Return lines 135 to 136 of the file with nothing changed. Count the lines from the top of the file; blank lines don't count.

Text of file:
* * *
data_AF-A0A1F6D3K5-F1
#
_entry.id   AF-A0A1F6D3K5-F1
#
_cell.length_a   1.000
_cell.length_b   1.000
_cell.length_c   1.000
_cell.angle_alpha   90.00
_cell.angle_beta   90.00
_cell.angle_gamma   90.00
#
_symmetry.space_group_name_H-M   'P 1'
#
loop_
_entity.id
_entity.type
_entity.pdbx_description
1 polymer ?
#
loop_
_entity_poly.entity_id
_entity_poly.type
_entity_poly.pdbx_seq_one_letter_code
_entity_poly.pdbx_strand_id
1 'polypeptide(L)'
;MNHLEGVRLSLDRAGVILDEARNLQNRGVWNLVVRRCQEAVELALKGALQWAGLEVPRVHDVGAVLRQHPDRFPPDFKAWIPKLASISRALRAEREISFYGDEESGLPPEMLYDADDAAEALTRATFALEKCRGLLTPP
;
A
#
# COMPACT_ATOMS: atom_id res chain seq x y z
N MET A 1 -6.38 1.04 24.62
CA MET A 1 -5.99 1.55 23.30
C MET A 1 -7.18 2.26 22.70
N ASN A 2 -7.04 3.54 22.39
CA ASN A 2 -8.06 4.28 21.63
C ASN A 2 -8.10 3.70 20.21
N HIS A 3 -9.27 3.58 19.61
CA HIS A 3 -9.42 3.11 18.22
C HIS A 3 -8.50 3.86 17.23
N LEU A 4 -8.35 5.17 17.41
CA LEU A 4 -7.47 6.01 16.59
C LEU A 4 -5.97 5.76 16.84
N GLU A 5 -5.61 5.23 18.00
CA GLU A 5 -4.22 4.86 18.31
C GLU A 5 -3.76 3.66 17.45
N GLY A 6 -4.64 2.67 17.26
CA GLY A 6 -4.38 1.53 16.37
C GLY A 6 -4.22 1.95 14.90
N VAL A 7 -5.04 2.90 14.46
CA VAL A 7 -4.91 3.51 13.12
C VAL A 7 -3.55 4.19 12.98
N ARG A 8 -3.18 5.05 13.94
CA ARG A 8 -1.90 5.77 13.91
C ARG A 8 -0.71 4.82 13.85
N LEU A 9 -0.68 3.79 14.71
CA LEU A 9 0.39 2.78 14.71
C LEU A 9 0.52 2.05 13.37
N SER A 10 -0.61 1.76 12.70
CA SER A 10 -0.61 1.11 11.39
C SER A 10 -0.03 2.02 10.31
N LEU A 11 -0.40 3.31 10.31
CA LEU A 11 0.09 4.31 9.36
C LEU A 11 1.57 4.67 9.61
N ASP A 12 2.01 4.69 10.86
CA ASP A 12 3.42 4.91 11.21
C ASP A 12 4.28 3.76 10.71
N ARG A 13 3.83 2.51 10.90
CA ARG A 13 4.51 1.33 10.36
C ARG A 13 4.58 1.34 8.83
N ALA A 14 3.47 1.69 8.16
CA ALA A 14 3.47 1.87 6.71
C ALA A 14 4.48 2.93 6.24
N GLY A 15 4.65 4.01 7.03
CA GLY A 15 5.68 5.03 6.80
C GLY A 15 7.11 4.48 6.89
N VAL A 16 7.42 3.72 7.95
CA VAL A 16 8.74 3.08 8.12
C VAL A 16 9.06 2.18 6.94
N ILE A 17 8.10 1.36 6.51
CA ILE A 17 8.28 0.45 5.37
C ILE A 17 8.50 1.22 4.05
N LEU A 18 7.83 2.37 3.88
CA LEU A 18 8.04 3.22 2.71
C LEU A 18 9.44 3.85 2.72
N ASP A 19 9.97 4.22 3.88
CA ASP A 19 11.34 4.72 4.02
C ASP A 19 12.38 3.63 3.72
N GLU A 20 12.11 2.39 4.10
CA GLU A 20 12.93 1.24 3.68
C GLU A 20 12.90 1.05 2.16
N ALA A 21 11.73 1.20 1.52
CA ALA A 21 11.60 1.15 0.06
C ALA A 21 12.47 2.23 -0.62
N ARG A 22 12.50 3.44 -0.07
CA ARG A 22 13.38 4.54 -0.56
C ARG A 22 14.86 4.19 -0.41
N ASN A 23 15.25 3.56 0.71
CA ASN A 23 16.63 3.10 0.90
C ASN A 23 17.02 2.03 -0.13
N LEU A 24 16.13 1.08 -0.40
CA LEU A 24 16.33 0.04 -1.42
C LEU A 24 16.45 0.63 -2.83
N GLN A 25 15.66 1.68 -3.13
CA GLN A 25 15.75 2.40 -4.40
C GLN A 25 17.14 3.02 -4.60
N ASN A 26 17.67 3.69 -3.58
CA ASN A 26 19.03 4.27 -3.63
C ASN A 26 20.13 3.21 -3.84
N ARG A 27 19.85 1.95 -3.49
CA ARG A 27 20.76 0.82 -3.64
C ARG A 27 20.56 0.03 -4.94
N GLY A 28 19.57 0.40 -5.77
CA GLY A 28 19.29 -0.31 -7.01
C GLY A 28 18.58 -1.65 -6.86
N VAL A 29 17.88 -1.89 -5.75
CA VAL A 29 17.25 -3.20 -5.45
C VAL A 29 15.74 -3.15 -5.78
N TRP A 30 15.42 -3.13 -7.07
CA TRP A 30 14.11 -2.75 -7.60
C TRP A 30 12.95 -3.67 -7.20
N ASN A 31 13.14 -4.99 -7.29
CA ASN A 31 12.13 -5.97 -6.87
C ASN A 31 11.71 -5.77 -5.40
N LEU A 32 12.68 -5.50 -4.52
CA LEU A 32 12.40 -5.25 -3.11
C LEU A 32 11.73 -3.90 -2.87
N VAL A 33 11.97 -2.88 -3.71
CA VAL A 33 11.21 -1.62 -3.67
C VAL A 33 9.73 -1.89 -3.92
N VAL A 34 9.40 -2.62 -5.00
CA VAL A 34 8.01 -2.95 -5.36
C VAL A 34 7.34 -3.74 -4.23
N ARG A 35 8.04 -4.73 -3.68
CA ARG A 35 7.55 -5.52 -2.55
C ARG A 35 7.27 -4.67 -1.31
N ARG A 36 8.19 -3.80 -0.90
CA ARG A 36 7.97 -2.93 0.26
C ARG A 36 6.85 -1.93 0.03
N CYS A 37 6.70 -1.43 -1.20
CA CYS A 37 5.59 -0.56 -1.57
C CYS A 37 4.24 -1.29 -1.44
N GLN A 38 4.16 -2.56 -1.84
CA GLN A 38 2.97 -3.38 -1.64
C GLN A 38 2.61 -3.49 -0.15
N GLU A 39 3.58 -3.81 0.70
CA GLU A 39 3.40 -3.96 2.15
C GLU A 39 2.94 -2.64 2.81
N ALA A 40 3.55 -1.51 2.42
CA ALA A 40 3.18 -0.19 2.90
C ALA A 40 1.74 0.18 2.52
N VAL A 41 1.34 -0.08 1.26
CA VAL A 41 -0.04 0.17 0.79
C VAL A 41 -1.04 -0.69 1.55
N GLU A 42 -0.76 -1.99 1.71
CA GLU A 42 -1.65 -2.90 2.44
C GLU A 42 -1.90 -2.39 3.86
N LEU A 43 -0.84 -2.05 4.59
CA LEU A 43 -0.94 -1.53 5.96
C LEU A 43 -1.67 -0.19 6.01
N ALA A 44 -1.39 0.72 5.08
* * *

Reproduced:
C ARG A 35 7.27 -4.67 -1.31
N ARG A 36 8.19 -3.80 -0.90